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Invicta Flies - All About Biots
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Left to Right: amber goose; brown goose; brown turkey; wild turkey; olive turkey
What is a Biot?

A biot is simply a single fiber from the leading, or front, edge of a primary (first row) wing feather. On the feather, the biots lay against each other, leaning toward the tip of the wing. This allows air to pass over them and flow against the fibers on the rear side of the feather, which are longer, narrower, and more delicate, providing lift for flight. This is similar to an airplane's wing... wide, blunt in front, tapering toward the rear. It is easy to tell the biots apart from the rear fibers, as they are shorter, stiffer, and lay closer to the quill stem.







Turkey quill dyed olive.
Wild turkey quill.
l-r: brown turkey, brown goose, white duck, hen pheasant.
As with all things in nature, not all biots are created equal.
This, of course, is good, for it allows us to achieve varied effects on a wide range of hook sizes. Note the photo above. Goose biots are generally shorter than turkey biots, but as shown by the olive turkey biot on the far right, this will depend on the size of the bird, the particular feather from the wing, and where on the stem the biot was extracted from. If you purchase biots, always examine them first to make sure there are enough fibers long enough (or wide enough) for your particular needs.

These days, the most common types of biots used in fly tying are goose and turkey. These are often dyed to various colors which allow us to match local insects or create some wonderful attractor-type patterns.

There are, however, other types that can greatly expand your pattern oppurtunities. Wild turkey biots are nicely mottled and when wound as the body create a two-tone, distincly segmented abdomen. Duck biots are smaller and more delicate, allowing for a bit more movement in tails, or a closer match to antennae on stonefly nymphs or sowbug tails. For a great mottled midge pupa, use a biot from a ringneck hen pheasant. The possibilities are endless and are limited only by your imagination.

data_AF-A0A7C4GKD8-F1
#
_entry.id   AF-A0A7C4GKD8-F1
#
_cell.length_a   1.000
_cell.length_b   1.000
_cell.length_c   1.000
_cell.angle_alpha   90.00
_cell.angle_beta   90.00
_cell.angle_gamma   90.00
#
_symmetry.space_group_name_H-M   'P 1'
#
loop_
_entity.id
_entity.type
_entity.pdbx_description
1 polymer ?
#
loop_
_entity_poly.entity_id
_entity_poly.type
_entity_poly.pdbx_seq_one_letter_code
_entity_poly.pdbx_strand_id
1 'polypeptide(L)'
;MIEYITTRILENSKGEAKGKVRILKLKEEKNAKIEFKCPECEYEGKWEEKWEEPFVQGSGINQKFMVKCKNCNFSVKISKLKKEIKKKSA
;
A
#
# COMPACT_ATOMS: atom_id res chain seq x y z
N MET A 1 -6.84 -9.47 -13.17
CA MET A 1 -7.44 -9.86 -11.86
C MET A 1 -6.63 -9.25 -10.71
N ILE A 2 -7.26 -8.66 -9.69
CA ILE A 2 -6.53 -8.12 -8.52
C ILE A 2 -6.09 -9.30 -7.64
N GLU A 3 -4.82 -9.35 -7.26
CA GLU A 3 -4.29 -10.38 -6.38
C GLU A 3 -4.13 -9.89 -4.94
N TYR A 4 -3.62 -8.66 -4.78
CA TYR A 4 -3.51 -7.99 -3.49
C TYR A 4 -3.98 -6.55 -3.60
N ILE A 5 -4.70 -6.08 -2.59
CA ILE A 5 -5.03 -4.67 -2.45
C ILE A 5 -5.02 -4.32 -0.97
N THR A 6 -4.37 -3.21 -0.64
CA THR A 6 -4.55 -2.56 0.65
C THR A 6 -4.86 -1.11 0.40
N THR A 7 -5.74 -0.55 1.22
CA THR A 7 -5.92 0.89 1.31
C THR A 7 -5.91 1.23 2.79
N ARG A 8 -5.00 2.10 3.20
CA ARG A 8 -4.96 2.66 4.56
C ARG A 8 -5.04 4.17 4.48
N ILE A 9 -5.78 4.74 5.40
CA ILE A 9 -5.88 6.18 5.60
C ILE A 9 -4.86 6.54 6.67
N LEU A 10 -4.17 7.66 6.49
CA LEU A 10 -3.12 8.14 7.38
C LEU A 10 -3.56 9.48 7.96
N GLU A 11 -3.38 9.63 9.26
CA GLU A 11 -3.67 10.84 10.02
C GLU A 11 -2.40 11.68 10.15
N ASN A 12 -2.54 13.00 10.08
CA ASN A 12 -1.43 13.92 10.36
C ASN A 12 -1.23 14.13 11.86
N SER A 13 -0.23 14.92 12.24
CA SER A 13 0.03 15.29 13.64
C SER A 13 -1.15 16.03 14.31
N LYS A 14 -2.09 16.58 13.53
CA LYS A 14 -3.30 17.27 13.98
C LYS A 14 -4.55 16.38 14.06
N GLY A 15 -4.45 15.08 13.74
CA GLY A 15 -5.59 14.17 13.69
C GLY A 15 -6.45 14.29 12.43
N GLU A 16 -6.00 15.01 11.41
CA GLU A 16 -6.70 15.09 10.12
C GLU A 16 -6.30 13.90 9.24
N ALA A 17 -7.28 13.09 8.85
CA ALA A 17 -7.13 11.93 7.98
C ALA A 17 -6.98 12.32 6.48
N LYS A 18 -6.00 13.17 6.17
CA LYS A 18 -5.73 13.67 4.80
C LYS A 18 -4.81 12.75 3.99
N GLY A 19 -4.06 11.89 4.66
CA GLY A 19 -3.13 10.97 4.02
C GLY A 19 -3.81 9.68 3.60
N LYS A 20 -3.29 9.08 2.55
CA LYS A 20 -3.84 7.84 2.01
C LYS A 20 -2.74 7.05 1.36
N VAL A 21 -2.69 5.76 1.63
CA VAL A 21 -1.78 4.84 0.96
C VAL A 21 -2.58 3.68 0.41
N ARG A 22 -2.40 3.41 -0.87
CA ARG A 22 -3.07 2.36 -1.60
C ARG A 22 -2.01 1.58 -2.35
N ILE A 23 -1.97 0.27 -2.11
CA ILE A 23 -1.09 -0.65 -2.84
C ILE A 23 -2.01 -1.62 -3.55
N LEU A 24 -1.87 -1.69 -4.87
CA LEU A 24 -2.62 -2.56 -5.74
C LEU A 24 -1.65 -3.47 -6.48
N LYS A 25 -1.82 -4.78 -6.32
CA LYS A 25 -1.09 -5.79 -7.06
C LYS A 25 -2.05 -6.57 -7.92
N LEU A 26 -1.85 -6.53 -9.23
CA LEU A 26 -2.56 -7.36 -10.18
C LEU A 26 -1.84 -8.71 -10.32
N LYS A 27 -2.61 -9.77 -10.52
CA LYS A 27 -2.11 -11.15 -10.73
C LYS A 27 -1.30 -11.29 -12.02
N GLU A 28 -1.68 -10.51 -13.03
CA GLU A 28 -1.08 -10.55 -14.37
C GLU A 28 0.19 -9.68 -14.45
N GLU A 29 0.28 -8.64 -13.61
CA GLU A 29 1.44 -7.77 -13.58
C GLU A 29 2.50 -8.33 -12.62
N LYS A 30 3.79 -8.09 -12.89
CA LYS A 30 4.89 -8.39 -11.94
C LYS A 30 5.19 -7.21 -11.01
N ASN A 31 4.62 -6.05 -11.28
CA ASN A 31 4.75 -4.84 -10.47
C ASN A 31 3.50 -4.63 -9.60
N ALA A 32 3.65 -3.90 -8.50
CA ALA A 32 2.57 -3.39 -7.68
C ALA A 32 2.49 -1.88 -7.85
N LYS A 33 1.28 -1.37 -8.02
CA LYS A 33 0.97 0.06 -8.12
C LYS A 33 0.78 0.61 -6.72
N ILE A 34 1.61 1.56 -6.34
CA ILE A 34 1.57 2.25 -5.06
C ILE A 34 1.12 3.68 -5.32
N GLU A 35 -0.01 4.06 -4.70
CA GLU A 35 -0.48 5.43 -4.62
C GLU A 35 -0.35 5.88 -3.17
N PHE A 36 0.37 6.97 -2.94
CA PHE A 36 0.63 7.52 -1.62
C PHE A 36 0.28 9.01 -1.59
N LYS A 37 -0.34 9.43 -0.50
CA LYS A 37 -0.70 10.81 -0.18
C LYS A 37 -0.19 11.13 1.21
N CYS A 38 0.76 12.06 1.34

Tying With Biots.

Okay, we know what biots are and where they come from, now let's see how we can use them.

Tails and wingcases.  If you hold up a single biot, you will see that it has a natural curve to it. For tails and wingcases, you need only decide if you want the tail/wingcase to curve up or down. Make sure both segments curve the same way. Hold both fibers together and tie them in at the same time.

If you like the tails on smaller nymphs such as the Prince Nymph to curve outward and up a little, the tie-in is easy. Simply hold the two biots so one curves away from the other (front to front), then measure for length. Hold the biots by the tips at the hook bend, take two loose turns of thread around them, then pull down and toward you to tighten the wraps, holding the biots in place so they don't twist to the far side of the hook. Take a few more turns in front of the initial wraps and clip the excess butts. Cover any exposed butts with the tying thread.

To have the tails curve downward requires a different approach, and is the same one that is used on larger nymphs, whether the tails on those curve up or down. Apply a small amount of dubbing that matches the body color to the hook bend. A ball of dubbing equal to about half the hook eye in diameter should be sufficient. Hold both biots, one on top of the other so they curve the same way and the biot on top crosses over the biot on bottom with its tip on the far side, butt on the near side of the hook. Measure for length, then hold against the shank just in front of the ball of dubbing, leaning slightly toward you on top of the shank. Take a loose turn of thread right where the biots begin to seperate, then pull down, using the thread torque to position the tail. Continue to hold the biots in place as you wind back a couple turns into the dubbing to lower the tail closer to the horizontal plane. Wind forward again to in front of the intitial tie-in to anchor all into place. Clip the excess.

For wingcases, the procedure is much the same as the latter technique for the tails. To help minimize thread wraps at the head, measure the biots for length, then clip the butts, leaving just enough for tying in (about a hook eye's width). Depending on the pattern and how much of a base is built up at the tie-in point, this can be difficult, as the thread may tend to slide off the end of the biot. If this becomes a problem, go ahead and tie in the biots, then clip the excess. Untwisting the thread so it wraps flat can help in this case, just be sure to twist it back again before whip finishing.  NEXT PAGE